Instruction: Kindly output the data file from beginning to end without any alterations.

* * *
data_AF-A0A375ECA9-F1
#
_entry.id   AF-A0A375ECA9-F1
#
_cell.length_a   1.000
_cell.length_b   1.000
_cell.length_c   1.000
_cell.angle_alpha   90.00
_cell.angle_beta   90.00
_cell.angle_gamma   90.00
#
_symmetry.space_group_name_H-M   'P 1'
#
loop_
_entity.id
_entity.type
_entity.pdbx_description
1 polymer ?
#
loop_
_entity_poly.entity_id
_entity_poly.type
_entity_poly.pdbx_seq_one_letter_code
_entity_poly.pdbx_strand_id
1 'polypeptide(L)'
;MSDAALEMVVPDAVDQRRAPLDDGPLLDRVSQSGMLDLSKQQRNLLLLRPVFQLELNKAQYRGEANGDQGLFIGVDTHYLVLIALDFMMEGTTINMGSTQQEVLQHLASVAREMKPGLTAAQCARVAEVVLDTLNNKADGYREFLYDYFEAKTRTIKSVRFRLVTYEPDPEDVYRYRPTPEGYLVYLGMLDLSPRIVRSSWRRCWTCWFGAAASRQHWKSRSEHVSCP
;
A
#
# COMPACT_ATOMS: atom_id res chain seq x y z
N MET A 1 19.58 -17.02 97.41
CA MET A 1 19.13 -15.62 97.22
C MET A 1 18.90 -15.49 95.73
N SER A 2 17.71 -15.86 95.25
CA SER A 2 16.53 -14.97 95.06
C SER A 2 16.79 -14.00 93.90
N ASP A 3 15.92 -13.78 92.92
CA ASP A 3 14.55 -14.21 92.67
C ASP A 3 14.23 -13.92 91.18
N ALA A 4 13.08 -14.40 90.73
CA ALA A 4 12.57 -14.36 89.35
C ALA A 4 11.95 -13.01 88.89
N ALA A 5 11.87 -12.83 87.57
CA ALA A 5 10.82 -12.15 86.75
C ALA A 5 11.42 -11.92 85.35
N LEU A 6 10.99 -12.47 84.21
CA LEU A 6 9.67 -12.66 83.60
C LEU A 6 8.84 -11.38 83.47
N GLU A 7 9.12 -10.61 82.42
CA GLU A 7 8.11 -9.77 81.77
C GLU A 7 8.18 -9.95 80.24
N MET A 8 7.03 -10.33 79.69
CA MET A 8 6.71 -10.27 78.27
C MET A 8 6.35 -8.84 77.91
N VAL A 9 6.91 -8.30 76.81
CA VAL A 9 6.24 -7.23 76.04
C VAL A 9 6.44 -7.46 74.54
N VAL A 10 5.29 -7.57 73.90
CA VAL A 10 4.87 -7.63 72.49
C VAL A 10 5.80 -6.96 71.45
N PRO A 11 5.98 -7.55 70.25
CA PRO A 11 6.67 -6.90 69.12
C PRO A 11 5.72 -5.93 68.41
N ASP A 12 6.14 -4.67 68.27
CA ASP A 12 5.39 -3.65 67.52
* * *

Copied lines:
data_AF-A0A375ECA9-F1
#
_entry.id   AF-A0A375ECA9-F1
#
_cell.length_a   1.000
_cell.length_b   1.000
_cell.length_c   1.000
_cell.angle_alpha   90.00
_cell.angle_beta   90.00
_cell.angle_gamma   90.00
#
_symmetry.space_group_name_H-M   'P 1'
#
loop_
_entity.id
_entity.type
_entity.pdbx_description
1 polymer ?
#
loop_
_entity_poly.entity_id
_entity_poly.type
_entity_poly.pdbx_seq_one_letter_code
_entity_poly.pdbx_strand_id
1 'polypeptide(L)'
;MSDAALEMVVPDAVDQRRAPLDDGPLLDRVSQSGMLDLSKQQRNLLLLRPVFQLELNKAQYRGEANGDQGLFIGVDTHYLVLIALDFMMEGTTINMGSTQQEVLQHLASVAREMKPGLTAAQCARVAEVVLDTLNNKADGYREFLYDYFEAKTRTIKSVRFRLVTYEPDPEDVYRYRPTPEGYLVYLGMLDLSPRIVRSSWRRCWTCWFGAAASRQHWKSRSEHVSCP
;
A
#
# COMPACT_ATOMS: atom_id res chain seq x y z
N MET A 1 19.58 -17.02 97.41
CA MET A 1 19.13 -15.62 97.22
C MET A 1 18.90 -15.49 95.73
N SER A 2 17.71 -15.86 95.25
CA SER A 2 16.53 -14.97 95.06
C SER A 2 16.79 -14.00 93.90
N ASP A 3 15.92 -13.78 92.92
CA ASP A 3 14.55 -14.21 92.67
C ASP A 3 14.23 -13.92 91.18
N ALA A 4 13.08 -14.40 90.73
CA ALA A 4 12.57 -14.36 89.35
C ALA A 4 11.95 -13.01 88.89
N ALA A 5 11.87 -12.83 87.57
CA ALA A 5 10.82 -12.15 86.75
C ALA A 5 11.42 -11.92 85.35
N LEU A 6 10.99 -12.47 84.21
CA LEU A 6 9.67 -12.66 83.60
C LEU A 6 8.84 -11.38 83.47
N GLU A 7 9.12 -10.61 82.42
CA GLU A 7 8.11 -9.77 81.77
C GLU A 7 8.18 -9.95 80.24
N MET A 8 7.03 -10.33 79.69
CA MET A 8 6.71 -10.27 78.27
C MET A 8 6.35 -8.84 77.91
N VAL A 9 6.91 -8.30 76.81
CA VAL A 9 6.24 -7.23 76.04
C VAL A 9 6.44 -7.46 74.54
N VAL A 10 5.29 -7.57 73.90
CA VAL A 10 4.87 -7.63 72.49
C VAL A 10 5.80 -6.96 71.45
N PRO A 11 5.98 -7.55 70.25
CA PRO A 11 6.67 -6.90 69.12
C PRO A 11 5.72 -5.93 68.41
N ASP A 12 6.14 -4.67 68.27
CA ASP A 12 5.39 -3.65 67.52